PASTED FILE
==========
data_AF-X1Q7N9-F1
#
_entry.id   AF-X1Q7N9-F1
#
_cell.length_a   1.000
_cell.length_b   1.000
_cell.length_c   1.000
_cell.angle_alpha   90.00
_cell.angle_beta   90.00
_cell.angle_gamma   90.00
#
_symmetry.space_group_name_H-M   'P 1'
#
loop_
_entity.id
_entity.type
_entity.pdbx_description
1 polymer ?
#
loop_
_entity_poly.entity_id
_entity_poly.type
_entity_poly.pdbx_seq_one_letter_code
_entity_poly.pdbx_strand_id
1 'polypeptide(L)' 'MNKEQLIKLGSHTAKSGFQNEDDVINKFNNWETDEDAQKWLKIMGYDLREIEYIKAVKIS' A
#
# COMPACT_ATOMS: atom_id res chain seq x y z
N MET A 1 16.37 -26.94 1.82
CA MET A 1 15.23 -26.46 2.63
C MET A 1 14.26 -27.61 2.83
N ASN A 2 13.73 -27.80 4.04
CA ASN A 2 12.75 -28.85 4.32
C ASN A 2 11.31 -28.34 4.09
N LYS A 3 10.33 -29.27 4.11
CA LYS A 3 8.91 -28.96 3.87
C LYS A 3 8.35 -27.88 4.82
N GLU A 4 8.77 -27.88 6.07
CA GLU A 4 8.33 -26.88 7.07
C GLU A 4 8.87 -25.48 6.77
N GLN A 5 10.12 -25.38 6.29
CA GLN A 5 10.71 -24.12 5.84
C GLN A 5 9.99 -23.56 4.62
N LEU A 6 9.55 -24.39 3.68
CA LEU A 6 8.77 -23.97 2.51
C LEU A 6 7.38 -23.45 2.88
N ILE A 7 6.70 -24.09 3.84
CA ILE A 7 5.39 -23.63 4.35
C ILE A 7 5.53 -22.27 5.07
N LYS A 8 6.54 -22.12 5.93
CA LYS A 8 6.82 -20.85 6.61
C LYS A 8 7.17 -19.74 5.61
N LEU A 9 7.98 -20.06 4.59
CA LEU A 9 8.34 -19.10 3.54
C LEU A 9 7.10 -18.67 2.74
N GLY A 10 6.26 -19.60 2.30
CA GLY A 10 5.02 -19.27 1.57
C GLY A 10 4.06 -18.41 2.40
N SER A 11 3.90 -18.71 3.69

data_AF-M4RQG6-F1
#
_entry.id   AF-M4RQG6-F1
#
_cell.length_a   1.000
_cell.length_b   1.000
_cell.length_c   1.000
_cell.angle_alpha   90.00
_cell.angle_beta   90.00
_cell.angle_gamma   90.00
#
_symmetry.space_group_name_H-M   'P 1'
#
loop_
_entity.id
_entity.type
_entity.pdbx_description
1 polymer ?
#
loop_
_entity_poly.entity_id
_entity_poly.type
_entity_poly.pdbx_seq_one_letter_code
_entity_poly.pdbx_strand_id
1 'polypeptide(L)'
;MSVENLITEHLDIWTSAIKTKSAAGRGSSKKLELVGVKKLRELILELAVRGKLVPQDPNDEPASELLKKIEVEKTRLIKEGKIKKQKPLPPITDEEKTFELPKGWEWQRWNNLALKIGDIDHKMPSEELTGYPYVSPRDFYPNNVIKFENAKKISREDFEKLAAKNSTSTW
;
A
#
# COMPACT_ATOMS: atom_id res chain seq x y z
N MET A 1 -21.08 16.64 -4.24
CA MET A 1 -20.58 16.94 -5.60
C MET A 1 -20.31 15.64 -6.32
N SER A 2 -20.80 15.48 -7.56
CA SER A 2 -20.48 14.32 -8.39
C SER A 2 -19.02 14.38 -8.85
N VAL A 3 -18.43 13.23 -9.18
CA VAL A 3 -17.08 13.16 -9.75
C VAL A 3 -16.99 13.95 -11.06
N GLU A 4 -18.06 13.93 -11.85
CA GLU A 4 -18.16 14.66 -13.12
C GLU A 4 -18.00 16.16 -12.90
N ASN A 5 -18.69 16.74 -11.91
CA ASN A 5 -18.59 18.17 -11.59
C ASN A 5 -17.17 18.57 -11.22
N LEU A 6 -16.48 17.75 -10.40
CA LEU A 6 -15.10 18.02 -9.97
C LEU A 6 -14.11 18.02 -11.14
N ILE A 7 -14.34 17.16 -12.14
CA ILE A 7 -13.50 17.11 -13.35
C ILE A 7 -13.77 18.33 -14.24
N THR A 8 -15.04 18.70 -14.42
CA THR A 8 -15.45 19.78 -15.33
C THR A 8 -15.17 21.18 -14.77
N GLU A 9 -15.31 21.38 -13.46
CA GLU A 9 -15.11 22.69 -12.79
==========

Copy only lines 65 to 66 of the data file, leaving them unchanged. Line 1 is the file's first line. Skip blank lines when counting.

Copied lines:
_cell.length_c   1.000
_cell.angle_alpha   90.00